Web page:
Look for toys that have bumps or nodules that massage your baby’s gums as he chews. Double-check the teething toy for safety.
The FDA warns consumers against letting a baby gnaw on anything that has PVC, BPA, and toxic paints.
How to Soothe a Teething Baby at Night:
If your baby is having trouble sleeping at night, here are some tips you can try:
- Give your baby a cold washcloth to chew on.
Do this as you put her down for the night. This will keep her occupied while numbing the pain.
- Put a cold compress on your baby’s face where the teeth are coming in.
You can make a compress by wetting a clean washcloth with cool water and putting it in the freezer for about 15 minutes before pressing it to your baby’s neck or cheeks.
- Massage your baby’s gums with a clean finger.
Gently rubbing their delicate gums is a great way to make a baby comfortable no matter what time it is.
Keep it brief during the night, though. Too much stimulation might over-arouse your baby and make it more difficult for him or her to sleep.
- Naturally soothe sore gums with chamomile tea bags.
Wet two chamomile tea bags and then chill them in the freezer until they’re cold but not frozen solid. Then let your child gnaw on them (supervise closely).
Aside from numbing the sore area, chamomile tea also has a calming effect that can help your baby fall or stay asleep.
Are Tylenol and Motrin Better for Teething? – Medicine for Teething Babies
Acetaminophen (Tylenol®) or ibuprofen (Advil® or Motrin®) can also help relieve symptoms. These medicines are safe for most babies six months and older when used correctly.
Before administering any medication, even OTC ones, always check with your baby’s doctor.
More Tips on Dealing with Teething Symptoms
Many parents find it overwhelming to see their babies crying and fussing regardless of the reason. Here are more things to remember:
- Always keep your baby’s mouth, face, hands, and teething toys clean.
- To prevent hurting your baby’s gums, thaw frozen toys a bit before allowing them to gnaw on it.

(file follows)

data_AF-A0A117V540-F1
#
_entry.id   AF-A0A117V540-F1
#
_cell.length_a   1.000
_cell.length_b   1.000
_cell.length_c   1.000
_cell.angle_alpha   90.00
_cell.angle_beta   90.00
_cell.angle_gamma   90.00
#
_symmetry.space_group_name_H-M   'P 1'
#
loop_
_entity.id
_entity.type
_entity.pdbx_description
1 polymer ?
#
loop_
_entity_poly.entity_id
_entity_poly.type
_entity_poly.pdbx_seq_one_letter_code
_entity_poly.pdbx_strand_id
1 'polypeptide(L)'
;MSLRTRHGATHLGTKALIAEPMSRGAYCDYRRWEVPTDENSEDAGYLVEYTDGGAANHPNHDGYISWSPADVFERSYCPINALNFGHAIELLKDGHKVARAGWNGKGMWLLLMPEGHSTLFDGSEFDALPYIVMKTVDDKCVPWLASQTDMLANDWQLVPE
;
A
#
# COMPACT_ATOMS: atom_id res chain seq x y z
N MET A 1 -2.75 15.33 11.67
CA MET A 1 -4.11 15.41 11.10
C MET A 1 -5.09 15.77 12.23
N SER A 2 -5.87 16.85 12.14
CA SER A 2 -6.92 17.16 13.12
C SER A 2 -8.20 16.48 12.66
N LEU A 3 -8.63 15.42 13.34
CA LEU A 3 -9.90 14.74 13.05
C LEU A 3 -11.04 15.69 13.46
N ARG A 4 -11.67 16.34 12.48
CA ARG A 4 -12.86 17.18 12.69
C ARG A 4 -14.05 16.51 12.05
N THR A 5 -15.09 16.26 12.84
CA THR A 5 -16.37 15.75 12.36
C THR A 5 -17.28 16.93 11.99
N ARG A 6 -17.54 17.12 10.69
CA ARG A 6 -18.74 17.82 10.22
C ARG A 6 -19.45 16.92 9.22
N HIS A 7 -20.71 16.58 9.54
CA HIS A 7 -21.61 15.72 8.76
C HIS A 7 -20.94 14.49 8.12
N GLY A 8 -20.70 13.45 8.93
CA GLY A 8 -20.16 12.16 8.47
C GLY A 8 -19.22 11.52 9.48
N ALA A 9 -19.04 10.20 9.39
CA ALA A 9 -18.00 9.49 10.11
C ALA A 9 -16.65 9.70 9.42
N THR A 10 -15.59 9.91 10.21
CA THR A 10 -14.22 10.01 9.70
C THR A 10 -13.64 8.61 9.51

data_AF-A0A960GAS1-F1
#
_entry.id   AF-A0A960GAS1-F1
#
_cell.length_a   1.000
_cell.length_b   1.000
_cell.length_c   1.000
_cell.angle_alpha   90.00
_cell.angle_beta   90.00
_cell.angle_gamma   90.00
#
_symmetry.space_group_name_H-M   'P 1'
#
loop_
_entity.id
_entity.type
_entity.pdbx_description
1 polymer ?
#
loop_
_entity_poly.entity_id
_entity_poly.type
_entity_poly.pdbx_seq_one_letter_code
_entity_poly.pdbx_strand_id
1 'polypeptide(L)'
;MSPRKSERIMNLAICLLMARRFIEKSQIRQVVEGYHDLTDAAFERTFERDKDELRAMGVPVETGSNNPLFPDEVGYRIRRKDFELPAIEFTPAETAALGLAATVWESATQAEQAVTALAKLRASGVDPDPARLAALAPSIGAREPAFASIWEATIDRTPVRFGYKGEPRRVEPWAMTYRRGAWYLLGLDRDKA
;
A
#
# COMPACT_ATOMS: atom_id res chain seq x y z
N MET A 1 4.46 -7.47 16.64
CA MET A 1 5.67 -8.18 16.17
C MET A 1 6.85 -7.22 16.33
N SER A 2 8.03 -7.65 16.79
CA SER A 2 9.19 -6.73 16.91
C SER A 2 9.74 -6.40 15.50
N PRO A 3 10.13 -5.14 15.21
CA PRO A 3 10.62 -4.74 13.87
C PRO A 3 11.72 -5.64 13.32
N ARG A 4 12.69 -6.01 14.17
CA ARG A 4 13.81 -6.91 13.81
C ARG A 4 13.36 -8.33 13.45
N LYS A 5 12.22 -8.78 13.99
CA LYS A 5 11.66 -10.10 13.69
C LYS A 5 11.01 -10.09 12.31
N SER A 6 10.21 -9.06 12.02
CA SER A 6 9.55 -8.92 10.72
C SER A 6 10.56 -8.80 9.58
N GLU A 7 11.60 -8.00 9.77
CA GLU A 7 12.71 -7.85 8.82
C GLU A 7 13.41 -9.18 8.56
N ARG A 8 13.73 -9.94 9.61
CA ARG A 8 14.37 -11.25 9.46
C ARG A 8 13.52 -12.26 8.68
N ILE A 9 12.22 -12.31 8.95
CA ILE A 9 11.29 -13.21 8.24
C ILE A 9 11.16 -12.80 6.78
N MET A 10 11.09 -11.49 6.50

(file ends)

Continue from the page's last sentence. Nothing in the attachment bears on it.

- Babies drool a lot as they get their first teeth, so keep them hydrated.
- Don’t rub whiskey on their gums and inner cheeks. Any amount of liquor is dangerous for babies.
- Avoid rubbing numbing agents inside your baby’s mouth. Consult your doctor before giving anything a baby swallows, including homeopathic teething gels and baby Orajel.
- Don’t give them items like amber teething necklaces, as these can pose a choking risk. Use teething rings instead.
- Be gentle with yourself and your baby during this time.
Finally, it’s never too early to take your baby to a pediatric dentist. For one, they can advise you about safe ways to ease your baby’s teething pain and what to do as each tooth erupts.
They can also teach you how to take care of babies’ teeth, including when to get an infant toothbrush, the right time to use a pea-sized amount of fluoride toothpaste, and preventing dental problems like tooth decay.
If you’re interested in using homeopathic teething products for your child’s teeth, it’s a good idea to check with them as well.
Do babies eat less when they get their baby teeth?
Yes, it’s very common for babies to eat less simply because their gums are swollen and sensitive.
Do babies poop more when teething?
No, babies don’t poop more when teething. This is a common myth.
According to pediatric dentistry experts, what does happen is that when a baby is teething, it coincides with major developments. For instance, they may start eating solid food, which can, in turn, lead to changes in their bathroom habits.
Do babies sleep a lot when teething?
Some babies do sleep more when teething, but it’s usually because the discomfort makes them tired out from fussing or general crankiness.
It could also be that they don’t get a lot of sleep at night due to the fussiness associated with teething—in this case, babies make up for it with daytime napping.
Do babies throw up when teething?
No, teething does not cause babies to throw up. There is no evidence to support the idea that teething can make children vomit.
However, it’s worth remembering that teething can cause symptoms like drooling, and once that drool causes irritation in the mouth, it could trigger the gag reflex.
If your baby is throwing up more than usual, talk to their pediatrician.
Can Tylenol relieve a baby’s gums during teething?
Yes, Tylenol can help with teething.
Still, the American Academy of Pediatrics recommends that you try alternatives to painkillers before giving your baby any medicine.
If you’re going to use Tylenol for teething pain, consult with your child’s pediatrician about how much to give and how often.
Is drooling a sign of teething?
Yes, drooling is part of teething symptoms, but it’s also normal infant behavior. Look for other signs as well, including fussiness, gum-rubbing, and biting on toys or fingers.
If you notice these behaviors in addition to drooling, your baby is most likely teething.
How to treat a runny nose during teething?
Runny noses are perfectly normal as your baby’s teeth come in. The eruption of a baby’s teeth irritates the gums and the body’s immune system produces extra mucus in response.
Use a clean tissue or soft cloth to wipe their nose several times a day. You can also use saline drops and a bulb syringe to relieve any difficulty breathing.
Wrapping It Up
Teething is a natural process that all babies go through. Knowing what to expect can help make the experience less stressful not just for your baby, but for you as well.